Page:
May 21, 2021 • Volume 31, Issue 19
Can it sustain its global following?
By Lorna Collier


Korean pop music, aka K-pop, fuses musical genres to create a distinctive, dance-oriented sound that has become popular in the United States and worldwide, boosting the South Korean economy. BTS, the leading K-pop band, reportedly generates about $4.6 billion annually for the economy, based on music sales, product promotion and increased tourism. The genre is so popular that it has helped make South Korea the world's fastest-growing music market. K-pop groups have sought to extend their influence beyond music by supporting Black Lives Matter, speaking out against child poverty and warning about climate change. But critics accuse K-pop of cultural insensitivity in its use of symbols from Black, Indian and other cultures. One band's video drew condemnation for featuring the statue of a Hindu god, another for performers appearing in blackface. Critics also voice concern about K-pop's grueling training system, known for long hours and low pay. The genre's growing use of digital — that is, fake — musicians is proving controversial as well.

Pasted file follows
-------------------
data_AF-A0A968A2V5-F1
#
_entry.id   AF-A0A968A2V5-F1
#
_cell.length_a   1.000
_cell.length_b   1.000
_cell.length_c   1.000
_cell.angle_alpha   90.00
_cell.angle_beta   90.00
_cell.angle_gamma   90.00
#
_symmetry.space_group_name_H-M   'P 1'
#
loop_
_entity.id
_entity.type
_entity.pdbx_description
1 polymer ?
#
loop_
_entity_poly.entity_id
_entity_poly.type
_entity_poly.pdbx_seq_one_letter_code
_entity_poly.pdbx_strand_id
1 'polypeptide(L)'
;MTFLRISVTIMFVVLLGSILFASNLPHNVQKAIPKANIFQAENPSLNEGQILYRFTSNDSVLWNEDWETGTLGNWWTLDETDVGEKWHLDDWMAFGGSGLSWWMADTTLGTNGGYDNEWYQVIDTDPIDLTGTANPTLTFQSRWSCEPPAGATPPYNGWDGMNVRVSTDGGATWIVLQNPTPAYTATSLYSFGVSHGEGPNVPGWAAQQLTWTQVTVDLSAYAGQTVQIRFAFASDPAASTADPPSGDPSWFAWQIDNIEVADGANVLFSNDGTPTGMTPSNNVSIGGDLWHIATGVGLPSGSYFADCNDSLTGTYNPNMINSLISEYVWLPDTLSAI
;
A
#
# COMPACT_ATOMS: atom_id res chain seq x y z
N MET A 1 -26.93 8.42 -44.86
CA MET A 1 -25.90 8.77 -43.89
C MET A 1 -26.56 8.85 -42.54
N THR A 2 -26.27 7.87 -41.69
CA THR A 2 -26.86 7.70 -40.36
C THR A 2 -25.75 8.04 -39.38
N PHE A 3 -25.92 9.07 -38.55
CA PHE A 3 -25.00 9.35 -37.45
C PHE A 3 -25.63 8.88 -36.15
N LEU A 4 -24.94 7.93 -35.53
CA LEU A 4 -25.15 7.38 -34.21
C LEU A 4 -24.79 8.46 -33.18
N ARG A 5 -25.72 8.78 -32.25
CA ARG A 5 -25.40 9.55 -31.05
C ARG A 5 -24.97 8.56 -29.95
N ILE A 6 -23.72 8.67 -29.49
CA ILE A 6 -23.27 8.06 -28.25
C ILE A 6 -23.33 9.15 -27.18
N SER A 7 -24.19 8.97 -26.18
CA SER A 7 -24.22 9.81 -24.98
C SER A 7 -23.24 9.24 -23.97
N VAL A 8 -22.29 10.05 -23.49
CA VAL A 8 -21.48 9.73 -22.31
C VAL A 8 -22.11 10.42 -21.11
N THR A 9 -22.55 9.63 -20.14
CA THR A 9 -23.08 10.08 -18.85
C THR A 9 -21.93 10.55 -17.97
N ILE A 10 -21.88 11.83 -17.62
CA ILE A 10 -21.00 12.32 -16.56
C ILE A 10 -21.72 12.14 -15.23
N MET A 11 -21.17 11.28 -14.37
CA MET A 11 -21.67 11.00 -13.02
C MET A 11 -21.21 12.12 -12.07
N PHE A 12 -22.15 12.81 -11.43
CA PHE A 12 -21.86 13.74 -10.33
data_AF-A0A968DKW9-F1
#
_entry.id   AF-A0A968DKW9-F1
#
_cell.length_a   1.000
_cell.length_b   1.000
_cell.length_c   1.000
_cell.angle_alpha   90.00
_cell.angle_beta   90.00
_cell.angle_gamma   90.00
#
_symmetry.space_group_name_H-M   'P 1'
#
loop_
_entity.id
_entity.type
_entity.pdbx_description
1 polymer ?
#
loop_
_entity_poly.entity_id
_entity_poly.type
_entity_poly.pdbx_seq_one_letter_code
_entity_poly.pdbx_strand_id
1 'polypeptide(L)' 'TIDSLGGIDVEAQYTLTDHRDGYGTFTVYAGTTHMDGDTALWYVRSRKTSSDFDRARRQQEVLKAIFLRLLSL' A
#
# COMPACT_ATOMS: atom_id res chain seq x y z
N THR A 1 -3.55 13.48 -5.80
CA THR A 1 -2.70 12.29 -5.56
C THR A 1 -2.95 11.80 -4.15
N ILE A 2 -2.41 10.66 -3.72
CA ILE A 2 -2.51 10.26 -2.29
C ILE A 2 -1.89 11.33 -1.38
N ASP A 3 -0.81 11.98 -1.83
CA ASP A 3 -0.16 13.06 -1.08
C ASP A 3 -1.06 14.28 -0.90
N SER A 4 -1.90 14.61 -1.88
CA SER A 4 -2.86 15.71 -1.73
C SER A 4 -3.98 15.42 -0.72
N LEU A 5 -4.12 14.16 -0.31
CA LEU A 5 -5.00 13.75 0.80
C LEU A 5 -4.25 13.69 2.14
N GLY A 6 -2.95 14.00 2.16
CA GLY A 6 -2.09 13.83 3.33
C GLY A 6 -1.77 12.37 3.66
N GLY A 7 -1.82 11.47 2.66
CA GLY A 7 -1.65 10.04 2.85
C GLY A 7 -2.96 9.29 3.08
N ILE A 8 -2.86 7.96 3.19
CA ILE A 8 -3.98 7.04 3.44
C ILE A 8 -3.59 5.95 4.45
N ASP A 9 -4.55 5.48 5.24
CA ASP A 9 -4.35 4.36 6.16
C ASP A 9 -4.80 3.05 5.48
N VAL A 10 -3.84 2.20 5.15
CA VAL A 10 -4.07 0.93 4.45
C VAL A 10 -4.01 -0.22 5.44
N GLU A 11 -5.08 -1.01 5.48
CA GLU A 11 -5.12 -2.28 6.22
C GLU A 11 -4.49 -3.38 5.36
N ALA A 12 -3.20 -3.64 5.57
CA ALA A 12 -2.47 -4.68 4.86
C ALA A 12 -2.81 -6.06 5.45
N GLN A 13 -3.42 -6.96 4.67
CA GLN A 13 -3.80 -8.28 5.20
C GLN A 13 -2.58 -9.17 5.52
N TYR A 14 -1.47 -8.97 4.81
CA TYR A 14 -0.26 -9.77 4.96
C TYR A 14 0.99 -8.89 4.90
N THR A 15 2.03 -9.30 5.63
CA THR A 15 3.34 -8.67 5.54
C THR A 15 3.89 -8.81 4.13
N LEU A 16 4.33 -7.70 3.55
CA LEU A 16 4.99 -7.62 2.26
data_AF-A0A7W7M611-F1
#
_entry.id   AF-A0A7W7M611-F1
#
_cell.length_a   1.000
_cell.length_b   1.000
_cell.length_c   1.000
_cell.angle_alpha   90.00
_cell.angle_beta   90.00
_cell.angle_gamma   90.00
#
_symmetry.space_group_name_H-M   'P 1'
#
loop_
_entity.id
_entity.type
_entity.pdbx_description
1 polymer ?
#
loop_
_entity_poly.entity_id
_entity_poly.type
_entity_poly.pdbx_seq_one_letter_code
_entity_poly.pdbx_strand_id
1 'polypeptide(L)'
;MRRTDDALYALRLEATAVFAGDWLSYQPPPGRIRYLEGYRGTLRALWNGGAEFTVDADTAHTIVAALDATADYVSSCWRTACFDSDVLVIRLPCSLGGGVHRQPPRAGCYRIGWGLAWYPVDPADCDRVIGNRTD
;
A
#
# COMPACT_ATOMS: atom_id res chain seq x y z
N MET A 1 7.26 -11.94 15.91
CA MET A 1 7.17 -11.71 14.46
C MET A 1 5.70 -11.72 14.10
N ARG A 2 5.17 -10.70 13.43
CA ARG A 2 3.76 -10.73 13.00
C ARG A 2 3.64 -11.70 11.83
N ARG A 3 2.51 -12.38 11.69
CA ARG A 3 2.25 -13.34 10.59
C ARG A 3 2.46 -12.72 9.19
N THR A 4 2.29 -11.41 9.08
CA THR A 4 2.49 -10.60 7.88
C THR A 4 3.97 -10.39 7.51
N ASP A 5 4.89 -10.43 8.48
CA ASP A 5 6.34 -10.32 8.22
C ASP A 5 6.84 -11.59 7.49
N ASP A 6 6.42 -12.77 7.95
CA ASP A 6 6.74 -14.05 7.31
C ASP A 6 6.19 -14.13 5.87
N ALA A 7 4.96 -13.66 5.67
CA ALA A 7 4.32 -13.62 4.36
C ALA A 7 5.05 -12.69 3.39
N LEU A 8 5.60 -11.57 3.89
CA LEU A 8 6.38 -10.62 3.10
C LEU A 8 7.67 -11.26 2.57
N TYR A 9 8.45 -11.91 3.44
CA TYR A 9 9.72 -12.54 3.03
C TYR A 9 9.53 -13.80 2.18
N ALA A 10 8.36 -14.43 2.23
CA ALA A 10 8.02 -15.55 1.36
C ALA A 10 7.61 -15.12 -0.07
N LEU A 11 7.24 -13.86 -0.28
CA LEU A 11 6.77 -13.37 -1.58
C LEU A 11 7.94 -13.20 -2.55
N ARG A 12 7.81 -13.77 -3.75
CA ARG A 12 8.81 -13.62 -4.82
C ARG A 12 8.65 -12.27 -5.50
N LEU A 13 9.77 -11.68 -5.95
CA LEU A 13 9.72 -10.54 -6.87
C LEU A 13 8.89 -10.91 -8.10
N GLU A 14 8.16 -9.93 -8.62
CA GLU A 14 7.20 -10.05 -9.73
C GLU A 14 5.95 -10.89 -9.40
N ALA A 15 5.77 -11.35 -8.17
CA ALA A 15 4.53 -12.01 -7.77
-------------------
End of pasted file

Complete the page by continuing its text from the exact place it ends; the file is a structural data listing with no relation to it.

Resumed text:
Photo of k-pop group BTS performing for Good Morning America on May 15, 2019, in New York City. (Getty Images/WireImage/John Lamparski)
BTS is considered the Beatles of Korean pop music and is the most successful K-pop band to hit the United States. The fast-growing K-pop industry generates billions for South Korea's economy. (Getty Images/WireImage/John Lamparski)
ISSUE TRACKER for Related Reports
May 21, 2021  K-pop
Jun. 15, 2007  Debating Hip-Hop
Nov. 21, 2003  Future of the Music Industry
May 31, 1985  Country Music
Jun. 10, 1977  Rock Music Business
Mar. 26, 1976  Bicentennial of American Music
Jan. 15, 1969  Musical America
Dec. 05, 1956  Music in America
Arts and Humanities
Consumer Behavior
Economic Development
General International Relations
General Social Trends
International Economic Development
Internet and Social Media
Movies and Entertainment
Popular Culture
Radio and Television
Regional Political Affairs: East Asia and the Pacific
Travel and Tourism